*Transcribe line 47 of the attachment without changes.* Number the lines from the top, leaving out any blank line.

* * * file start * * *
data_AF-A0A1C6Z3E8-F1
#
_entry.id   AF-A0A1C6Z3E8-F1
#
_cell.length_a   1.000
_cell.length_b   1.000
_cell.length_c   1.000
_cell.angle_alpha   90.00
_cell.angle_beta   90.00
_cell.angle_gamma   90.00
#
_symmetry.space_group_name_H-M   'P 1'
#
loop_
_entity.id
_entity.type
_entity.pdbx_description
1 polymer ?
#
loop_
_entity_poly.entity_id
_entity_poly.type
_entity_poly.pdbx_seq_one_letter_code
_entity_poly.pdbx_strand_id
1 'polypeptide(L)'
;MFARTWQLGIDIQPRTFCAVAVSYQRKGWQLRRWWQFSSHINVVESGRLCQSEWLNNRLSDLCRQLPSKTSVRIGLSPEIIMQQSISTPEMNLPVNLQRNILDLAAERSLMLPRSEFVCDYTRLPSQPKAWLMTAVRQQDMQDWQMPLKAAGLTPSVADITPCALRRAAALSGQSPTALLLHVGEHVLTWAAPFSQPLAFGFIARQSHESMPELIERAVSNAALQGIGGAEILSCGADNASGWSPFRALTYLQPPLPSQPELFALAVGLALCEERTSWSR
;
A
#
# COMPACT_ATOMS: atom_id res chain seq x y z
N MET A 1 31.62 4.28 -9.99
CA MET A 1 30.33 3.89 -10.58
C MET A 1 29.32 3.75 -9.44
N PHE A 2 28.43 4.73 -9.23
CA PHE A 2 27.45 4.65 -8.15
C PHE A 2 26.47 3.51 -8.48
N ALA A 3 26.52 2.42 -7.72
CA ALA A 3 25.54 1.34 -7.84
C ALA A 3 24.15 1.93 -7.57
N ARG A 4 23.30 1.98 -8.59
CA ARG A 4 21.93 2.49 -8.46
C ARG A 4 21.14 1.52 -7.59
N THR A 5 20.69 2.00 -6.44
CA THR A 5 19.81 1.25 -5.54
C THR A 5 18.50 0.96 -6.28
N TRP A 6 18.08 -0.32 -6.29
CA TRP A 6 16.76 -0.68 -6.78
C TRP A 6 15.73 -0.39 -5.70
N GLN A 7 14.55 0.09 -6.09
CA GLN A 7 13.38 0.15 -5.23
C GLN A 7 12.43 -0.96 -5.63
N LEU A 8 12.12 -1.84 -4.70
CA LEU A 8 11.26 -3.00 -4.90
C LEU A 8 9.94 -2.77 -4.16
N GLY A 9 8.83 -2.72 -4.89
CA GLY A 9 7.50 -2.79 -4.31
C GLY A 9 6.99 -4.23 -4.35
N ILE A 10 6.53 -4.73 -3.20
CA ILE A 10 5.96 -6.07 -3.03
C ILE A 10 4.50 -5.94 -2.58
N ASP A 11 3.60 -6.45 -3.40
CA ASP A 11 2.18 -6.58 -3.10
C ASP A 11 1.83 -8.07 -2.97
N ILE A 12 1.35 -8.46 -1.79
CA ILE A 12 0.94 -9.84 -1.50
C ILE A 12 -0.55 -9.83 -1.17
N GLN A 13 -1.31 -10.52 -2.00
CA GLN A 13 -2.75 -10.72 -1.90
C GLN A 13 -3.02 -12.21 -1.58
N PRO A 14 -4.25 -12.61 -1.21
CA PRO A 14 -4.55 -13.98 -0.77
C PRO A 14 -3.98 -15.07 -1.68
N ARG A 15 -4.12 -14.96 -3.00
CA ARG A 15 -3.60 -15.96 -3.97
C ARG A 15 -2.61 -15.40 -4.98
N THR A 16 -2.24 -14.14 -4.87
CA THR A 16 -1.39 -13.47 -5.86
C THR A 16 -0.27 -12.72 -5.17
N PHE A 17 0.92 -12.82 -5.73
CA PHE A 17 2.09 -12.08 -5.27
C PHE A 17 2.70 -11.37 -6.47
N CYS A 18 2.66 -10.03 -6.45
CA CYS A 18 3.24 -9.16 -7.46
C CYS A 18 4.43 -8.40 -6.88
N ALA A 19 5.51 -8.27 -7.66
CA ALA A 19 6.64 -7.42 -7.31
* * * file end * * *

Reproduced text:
CA TRP A 6 16.76 -0.68 -6.78